“Diagnosing tuberculosis in children is challenging,” says Richard Oberhelman, Tulane professor of tropical medicine. Doctors in resource-poor countries now have guidance on the best test for the disease, thanks to an international study led by Oberhelman.
The research team’s goal was to identify the most accurate and rapid test for tuberculosis in children in areas with limited laboratory capabilities. They compared recently developed methods for diagnosing high-risk children and concluded that the best test is the microscopic-observation drug-susceptibility (MODS) technique.
The MODS test detects the presence of TB-causing bacteria using microscopes to look for typical growth patterns in culture broth. The August issue of The Lancet Infectious Diseases published the study.
The availability of inexpensive and updated diagnostic technology is crucial for reducing the incidence of tuberculosis in developing countries. Children account for an estimated 20 percent of cases in high-incidence communities, but the outdated diagnostic tools available to physicians in such settings, including skin tests, chest X-rays, and physical examinations, make it difficult to confirm cases of pediatric tuberculosis.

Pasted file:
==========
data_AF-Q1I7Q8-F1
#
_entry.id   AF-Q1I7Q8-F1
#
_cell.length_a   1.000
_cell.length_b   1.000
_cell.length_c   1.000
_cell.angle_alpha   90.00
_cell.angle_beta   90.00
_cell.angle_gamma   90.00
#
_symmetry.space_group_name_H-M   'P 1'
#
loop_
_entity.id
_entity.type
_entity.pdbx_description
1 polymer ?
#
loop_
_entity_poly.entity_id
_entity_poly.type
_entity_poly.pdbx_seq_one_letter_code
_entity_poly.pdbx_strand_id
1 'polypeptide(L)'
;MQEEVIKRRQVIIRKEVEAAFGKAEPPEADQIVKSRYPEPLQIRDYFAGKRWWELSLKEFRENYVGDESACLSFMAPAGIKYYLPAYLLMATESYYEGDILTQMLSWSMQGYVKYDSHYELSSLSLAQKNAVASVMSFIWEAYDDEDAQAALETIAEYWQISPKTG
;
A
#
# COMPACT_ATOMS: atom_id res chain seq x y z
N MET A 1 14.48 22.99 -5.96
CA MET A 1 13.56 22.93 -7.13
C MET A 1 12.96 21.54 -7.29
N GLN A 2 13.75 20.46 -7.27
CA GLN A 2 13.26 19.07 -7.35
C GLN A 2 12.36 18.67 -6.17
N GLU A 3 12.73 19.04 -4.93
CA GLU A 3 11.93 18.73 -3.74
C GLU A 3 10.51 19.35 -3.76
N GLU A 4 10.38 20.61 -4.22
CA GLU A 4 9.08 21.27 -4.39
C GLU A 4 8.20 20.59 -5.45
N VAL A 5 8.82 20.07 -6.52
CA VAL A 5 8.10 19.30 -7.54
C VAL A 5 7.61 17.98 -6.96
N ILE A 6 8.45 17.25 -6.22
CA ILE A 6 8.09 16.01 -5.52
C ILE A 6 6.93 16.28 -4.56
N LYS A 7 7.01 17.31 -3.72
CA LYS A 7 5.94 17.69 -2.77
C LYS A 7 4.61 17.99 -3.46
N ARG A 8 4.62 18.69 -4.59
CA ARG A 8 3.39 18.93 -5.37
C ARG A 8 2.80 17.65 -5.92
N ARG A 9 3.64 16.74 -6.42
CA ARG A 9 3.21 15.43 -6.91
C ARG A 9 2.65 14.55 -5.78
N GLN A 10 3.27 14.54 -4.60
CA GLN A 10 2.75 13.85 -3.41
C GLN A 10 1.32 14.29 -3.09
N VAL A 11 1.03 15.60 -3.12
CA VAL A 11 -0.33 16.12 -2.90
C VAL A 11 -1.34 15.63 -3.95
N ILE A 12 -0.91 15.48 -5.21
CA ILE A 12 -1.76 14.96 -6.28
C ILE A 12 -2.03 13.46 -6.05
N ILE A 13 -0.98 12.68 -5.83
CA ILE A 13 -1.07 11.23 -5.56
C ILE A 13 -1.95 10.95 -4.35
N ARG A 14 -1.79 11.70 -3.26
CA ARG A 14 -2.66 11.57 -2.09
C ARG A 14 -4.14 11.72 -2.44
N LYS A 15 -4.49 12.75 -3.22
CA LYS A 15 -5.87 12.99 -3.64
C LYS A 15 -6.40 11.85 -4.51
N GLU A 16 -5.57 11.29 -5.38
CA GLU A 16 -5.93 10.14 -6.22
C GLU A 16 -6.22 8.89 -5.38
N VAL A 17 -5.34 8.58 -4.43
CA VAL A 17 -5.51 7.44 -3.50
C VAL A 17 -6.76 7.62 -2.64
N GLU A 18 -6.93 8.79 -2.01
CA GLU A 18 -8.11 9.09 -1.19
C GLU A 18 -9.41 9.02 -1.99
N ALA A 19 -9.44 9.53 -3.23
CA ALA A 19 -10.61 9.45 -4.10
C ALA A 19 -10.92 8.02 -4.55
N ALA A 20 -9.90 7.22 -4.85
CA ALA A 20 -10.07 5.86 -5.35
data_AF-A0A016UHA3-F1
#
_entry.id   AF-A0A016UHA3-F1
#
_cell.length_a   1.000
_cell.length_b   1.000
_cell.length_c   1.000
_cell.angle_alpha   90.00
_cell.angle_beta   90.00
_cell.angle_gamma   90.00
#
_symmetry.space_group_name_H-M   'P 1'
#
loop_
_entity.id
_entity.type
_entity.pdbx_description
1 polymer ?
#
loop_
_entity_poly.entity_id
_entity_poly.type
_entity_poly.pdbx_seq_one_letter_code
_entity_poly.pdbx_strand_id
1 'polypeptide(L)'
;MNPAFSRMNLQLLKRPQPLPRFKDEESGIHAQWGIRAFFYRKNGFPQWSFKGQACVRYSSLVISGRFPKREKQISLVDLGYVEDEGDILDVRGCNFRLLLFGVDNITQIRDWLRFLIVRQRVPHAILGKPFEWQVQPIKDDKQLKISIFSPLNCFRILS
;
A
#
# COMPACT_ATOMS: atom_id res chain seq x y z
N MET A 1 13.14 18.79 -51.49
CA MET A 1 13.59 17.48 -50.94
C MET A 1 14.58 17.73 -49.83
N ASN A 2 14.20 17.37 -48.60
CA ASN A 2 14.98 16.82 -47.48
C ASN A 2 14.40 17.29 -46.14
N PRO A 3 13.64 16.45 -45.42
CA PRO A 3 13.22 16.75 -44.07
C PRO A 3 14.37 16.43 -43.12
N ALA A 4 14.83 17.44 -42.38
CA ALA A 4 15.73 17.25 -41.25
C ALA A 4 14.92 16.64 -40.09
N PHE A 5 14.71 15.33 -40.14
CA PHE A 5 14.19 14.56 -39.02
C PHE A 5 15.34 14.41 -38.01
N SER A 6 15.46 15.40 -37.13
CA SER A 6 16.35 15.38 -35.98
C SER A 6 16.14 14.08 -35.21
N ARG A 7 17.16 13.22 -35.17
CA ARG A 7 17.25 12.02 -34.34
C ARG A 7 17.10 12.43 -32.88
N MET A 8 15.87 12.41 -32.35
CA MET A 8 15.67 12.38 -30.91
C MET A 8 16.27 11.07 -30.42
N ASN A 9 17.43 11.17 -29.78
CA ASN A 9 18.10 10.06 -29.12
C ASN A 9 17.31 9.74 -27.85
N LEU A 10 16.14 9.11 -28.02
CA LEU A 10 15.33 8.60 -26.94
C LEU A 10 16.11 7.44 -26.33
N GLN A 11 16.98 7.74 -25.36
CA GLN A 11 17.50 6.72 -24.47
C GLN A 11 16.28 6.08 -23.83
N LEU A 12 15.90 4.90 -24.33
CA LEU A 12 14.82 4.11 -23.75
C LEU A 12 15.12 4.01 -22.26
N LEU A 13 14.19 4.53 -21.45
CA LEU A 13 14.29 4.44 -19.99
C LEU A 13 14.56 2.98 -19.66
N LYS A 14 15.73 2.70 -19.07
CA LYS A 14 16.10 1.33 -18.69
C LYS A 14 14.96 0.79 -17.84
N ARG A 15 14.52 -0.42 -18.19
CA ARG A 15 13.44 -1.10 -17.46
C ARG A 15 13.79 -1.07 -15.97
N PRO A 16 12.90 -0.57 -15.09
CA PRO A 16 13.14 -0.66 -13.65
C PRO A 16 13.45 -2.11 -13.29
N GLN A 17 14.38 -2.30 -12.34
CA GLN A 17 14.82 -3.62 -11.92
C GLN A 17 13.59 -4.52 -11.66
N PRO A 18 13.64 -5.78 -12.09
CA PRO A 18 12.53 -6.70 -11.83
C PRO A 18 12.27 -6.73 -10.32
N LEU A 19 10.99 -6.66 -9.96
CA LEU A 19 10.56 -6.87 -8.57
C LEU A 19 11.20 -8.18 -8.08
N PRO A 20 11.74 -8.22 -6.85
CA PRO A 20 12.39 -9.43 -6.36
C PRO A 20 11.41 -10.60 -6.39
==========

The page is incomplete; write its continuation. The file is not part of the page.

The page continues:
“Symptoms of tuberculosis in children are non-specific, specimens for testing are difficult to obtain, and cultures and smears are often negative,” says Oberhelman, professor of tropical medicine in the School of Public Health and Tropical Medicine.
The study was carried out in two hospitals in Lima, Peru, from 2002 to 2007, with 456 children age 12 or younger enrolled as subjects.
The team compared results of several different types of tests, evaluating the sensitivity and speed of each method. Compared with other methods, MODS almost doubled the sensitivity of detecting tuberculosis, diagnosing 20 of 22 patients compared with 13, and in less than half the time (10 days versus 25 days).